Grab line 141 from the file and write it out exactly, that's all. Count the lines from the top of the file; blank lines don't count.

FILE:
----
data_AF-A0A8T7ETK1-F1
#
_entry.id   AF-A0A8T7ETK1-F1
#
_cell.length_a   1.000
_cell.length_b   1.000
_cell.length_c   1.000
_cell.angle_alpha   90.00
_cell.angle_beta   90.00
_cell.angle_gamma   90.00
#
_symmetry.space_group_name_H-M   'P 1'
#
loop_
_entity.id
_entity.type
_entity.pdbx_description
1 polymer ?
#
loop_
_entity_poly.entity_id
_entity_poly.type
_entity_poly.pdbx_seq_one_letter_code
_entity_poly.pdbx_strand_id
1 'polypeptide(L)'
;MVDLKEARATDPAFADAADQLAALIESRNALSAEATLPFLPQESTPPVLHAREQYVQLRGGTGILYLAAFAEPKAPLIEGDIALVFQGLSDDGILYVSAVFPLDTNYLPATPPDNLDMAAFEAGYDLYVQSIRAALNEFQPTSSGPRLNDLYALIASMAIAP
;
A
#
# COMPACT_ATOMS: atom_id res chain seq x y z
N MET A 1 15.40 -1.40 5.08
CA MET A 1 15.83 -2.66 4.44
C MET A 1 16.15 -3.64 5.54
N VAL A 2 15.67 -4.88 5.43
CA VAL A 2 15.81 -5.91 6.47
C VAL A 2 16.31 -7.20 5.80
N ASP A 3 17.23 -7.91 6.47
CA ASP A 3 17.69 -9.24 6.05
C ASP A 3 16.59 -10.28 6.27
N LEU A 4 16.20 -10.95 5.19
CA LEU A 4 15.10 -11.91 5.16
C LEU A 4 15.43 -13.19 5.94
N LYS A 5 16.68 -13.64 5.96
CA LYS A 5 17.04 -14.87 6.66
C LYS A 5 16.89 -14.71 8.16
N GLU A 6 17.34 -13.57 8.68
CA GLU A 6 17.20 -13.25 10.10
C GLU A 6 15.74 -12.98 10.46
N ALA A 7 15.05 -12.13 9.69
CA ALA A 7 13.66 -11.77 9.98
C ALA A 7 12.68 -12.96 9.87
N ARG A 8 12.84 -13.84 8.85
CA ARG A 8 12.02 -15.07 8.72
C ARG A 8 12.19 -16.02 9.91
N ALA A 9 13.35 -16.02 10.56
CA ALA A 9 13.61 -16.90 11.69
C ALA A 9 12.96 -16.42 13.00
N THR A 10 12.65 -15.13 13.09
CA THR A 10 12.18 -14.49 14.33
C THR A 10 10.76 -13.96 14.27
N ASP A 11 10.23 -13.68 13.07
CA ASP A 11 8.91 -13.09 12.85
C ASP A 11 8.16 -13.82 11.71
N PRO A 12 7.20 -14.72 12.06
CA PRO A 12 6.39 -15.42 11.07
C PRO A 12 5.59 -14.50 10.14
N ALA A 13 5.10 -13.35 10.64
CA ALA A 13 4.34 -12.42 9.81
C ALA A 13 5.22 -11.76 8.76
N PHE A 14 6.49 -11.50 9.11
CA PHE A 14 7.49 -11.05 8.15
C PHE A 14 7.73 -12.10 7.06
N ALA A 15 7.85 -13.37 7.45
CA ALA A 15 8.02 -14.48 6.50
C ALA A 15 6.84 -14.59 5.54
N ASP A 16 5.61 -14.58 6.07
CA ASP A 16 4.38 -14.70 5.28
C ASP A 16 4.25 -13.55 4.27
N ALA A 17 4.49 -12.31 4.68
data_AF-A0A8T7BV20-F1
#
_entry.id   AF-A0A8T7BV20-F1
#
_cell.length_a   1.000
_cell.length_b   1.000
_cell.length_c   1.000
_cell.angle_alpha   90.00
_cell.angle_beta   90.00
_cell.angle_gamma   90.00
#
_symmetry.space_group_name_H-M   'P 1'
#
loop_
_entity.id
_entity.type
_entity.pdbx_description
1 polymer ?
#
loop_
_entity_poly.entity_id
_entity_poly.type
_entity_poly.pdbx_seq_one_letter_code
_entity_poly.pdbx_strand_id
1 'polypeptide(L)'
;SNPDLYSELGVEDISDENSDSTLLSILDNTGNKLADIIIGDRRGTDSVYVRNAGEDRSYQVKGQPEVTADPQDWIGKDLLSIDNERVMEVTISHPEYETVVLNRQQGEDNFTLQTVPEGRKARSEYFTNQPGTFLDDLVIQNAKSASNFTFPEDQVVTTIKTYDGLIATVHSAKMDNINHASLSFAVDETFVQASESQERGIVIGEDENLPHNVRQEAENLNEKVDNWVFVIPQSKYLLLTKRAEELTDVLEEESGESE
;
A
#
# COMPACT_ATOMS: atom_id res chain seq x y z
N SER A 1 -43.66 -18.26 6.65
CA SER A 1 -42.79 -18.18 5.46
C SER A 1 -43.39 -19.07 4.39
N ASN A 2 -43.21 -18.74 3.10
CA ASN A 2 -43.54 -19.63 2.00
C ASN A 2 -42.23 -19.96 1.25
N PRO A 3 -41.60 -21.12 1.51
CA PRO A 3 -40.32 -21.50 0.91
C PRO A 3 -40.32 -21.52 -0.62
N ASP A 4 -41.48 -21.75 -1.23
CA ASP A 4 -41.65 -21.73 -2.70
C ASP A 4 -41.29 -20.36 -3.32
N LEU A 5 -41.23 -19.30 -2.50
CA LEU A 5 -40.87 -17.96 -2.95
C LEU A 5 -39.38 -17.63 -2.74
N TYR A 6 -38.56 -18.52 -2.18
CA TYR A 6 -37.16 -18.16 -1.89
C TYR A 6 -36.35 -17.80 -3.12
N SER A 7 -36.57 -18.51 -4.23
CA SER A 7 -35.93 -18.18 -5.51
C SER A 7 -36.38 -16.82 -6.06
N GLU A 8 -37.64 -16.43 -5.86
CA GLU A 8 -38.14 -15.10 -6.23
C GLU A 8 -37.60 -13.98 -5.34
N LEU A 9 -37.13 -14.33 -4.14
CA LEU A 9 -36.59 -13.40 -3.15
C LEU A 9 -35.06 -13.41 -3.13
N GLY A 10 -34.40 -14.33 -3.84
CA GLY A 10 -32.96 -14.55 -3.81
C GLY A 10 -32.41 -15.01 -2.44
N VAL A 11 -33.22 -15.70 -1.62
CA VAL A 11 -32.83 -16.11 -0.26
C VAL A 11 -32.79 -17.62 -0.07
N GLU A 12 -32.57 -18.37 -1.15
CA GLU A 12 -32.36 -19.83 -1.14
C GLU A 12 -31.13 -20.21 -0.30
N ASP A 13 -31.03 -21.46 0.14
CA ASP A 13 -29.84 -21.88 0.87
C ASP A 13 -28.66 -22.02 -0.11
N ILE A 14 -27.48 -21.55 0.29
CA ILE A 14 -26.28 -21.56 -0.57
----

CA VAL A 11 -32.83 -16.11 -0.26